The newest member of the NOAA research fleet, NOAA Fisheries Survey Vessel Reuben Lasker, was commissioned May 2 in San Diego in a ceremony that served as a reminder that the NOAA Commissioned Corps is one of the seven uniformed services of the United States government.
The event contained all the pomp that would attend the commissioning of a Navy vessel, complete with a Navy brass band playing “Anchors Aweigh” and the official captain’s order to his first mate to enter the commission as the ship’s first log entry and establish its first watch.
The motions were more than mere ceremony, though, according to speakers at the event. More than one noted that in an era of increasing climate instability and the economic instability that could follow it, NOAA serves as America’s “environmental intelligence agency” now more than ever.
The vessel will be the first NOAA ship home-ported in San Diego since David Starr Jordan was retired in 2009, having logged 1.5 million miles in its 44-year tenure.
“NOAA will once again be prominent in San Diego Bay,” said U.S. 53rd District Rep. Susan Davis, who helped secure American Recovery and Reinvestment Act funding for the construction of the $75-million Lasker. “The ship brings an important legacy to our research mission and to the blue economy.”
Lasker’s duties will take it not far from the Port of San Diego. It will routinely conduct research cruises in the California Current, the ocean region where Scripps Institution of Oceanography, UC San Diego, and NOAA operate the California Cooperative Oceanic Fisheries Investigations (CalCOFI) program with the California Department of Fish and Wildlife, one of the world’s longest-running continuous surveys of ocean conditions and marine life. Since 1949, CalCOFI has conducted regular cruises with the goal of managing living resources in an ocean region that supports a $250 million fishery.
“The need for people to go to sea and for ships to take them there will never go away,” said Rear Admiral David Score, director of the NOAA Commissioned Officer Corps.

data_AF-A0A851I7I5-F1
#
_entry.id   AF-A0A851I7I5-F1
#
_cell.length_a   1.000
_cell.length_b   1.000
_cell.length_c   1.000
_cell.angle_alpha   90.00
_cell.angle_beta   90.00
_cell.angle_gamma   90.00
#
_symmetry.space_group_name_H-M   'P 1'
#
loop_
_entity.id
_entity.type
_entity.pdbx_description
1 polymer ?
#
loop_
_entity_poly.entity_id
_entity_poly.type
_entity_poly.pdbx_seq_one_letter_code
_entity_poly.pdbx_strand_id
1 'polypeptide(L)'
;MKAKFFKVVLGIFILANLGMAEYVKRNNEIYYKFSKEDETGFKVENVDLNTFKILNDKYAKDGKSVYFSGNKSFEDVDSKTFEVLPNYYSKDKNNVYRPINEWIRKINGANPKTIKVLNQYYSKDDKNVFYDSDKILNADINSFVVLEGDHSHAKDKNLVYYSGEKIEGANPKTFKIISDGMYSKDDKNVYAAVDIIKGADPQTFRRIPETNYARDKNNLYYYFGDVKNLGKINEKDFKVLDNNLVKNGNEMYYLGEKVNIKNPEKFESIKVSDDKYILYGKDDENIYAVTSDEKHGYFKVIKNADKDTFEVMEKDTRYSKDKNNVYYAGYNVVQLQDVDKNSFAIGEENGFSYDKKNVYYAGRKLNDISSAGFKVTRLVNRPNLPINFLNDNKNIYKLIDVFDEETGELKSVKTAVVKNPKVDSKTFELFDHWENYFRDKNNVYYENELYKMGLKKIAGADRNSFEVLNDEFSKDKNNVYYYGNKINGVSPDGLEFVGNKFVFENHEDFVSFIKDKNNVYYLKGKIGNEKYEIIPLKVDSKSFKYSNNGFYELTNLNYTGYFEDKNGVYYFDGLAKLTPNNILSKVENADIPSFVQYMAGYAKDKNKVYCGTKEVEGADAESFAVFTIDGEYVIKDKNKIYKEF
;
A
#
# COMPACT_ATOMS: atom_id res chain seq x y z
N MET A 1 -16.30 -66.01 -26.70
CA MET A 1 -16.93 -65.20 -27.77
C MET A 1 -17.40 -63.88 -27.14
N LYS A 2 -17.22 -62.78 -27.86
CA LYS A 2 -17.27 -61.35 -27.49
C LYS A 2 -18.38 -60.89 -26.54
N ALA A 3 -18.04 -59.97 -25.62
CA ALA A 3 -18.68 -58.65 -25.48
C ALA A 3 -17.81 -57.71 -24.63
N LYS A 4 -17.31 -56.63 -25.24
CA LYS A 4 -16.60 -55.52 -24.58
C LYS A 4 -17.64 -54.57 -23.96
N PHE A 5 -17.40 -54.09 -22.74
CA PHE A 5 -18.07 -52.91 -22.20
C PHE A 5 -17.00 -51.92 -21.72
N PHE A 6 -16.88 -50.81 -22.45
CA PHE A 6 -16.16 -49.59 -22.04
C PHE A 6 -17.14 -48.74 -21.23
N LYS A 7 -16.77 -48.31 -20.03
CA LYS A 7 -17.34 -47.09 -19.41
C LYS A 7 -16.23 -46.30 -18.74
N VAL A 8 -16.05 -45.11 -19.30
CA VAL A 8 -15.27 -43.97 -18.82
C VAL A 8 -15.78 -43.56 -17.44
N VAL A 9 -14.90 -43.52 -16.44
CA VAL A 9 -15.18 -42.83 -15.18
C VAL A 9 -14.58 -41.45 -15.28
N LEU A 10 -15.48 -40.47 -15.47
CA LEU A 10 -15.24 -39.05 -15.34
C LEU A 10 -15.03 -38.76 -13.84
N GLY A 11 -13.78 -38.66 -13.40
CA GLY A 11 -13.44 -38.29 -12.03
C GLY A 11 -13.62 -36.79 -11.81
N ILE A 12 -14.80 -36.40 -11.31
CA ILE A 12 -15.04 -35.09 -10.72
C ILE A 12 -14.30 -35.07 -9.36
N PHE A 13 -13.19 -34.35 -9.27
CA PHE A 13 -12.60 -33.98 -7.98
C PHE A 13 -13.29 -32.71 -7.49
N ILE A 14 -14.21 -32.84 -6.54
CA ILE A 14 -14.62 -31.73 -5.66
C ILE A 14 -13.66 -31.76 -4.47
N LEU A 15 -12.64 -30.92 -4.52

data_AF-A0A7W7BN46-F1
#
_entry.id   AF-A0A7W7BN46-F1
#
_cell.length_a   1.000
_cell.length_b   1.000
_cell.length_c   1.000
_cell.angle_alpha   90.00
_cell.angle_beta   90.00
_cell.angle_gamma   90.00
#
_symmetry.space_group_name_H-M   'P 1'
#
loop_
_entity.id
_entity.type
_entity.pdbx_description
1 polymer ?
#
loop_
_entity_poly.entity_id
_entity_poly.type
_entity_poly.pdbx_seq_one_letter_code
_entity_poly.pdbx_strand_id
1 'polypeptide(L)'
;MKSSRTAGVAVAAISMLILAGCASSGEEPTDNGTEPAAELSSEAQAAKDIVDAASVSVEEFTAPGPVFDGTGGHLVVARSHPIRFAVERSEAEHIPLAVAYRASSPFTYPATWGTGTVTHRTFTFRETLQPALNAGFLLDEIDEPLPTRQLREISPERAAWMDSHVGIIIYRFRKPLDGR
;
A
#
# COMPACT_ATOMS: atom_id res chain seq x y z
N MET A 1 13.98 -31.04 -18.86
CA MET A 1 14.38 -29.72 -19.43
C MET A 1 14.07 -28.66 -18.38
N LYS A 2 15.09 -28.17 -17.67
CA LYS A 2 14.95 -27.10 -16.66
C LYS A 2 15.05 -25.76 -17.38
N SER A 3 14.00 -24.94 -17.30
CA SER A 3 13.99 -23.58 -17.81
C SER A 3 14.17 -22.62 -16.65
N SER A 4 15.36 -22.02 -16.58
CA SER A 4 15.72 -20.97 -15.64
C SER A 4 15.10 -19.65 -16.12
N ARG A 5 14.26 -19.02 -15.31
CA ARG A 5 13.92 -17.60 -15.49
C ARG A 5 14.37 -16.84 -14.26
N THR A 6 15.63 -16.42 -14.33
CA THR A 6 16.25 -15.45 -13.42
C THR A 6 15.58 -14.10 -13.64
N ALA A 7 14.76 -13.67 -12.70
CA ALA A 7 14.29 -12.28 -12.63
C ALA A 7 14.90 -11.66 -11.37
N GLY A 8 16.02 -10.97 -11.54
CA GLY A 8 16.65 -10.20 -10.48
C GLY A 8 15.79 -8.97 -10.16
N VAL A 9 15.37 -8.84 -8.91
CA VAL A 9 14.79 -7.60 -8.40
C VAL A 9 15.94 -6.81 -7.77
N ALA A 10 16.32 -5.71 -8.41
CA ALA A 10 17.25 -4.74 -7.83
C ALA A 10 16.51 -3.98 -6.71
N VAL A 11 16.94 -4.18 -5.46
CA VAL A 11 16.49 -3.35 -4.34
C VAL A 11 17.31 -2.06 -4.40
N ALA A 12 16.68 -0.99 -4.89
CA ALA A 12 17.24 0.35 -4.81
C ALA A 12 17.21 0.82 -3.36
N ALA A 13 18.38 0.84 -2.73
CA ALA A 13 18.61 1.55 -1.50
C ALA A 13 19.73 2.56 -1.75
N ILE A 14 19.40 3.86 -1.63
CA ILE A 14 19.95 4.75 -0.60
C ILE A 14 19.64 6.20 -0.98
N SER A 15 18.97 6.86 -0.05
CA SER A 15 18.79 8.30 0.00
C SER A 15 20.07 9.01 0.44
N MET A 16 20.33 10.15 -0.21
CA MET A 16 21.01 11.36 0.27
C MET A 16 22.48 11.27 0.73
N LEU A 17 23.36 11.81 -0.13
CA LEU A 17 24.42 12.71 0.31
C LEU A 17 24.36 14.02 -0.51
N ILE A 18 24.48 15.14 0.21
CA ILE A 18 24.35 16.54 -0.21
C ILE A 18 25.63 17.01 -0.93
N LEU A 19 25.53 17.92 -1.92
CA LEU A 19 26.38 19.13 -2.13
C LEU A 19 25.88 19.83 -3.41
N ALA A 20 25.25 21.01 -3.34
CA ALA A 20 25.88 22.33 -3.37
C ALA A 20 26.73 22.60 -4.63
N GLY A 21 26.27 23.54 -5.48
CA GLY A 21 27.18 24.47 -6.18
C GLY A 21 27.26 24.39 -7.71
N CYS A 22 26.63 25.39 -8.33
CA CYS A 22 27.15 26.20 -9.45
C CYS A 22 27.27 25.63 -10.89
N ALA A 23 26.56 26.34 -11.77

The relationship between Scripps and SWFSC began even before the launch of CalCOFI. The two research centers began collaborating in the 1930s when SWFSC was known as the Bureau of Commercial Fisheries. Today, collaborations between the institutions range from sharks to ocean resource economics, marine mammal acoustics and Antarctic ecosystems, along with student training and shared use of ship time.
The vessel is named for the late NOAA Southwest Fisheries Science Center (SWFSC) Coastal Fisheries Division Director Reuben Lasker, who also served as an adjunct professor at Scripps. Lasker is renowned in the world of fisheries management for the advances his research group made in understanding the transition period of commercially important fish species from juveniles to adults.
“Reuben Lasker was a real fisheries oceanographer,” said Scripps biological oceanographer David Checkley, director of Scripps CalCOFI. “He knew fish and oceanography and studied their relation to better inform fisheries management. Reuben would be thrilled with his namesake ship, fitted like no other to advance the science he represents so well. We at Scripps look forward to continued collaboration with NOAA using this extraordinary vessel, particularly in CalCOFI.”
San Diego Port Commissioner Bob Nelson noted that the 208-foot Lasker brings 24 new jobs and an estimated $27 million to the San Diego economy as it makes the 10th Street Terminal its new home, contributing to San Diego’s prominence as “a world leader in making environmental observations and the education of future scientists.”
“It’s also a great place to do business,” he added.
After at-sea trials are conducted, Lasker’s first cruise will be a July cetacean and ecosystem survey. It will employ perhaps its most distinctive feature, an ability to operate so quietly that the vessel will be able to make close-range observations of marine life without disturbing animal behavior or compromising extremely sensitive acoustic equipment.
“Lasker will continue our 60-plus year shared sampling mission in the California Current with Scripps,” said Francisco Werner, science and research director of SWFSC, which is adjacent to the Scripps Oceanography campus in La Jolla, Calif.
– Robert Monroe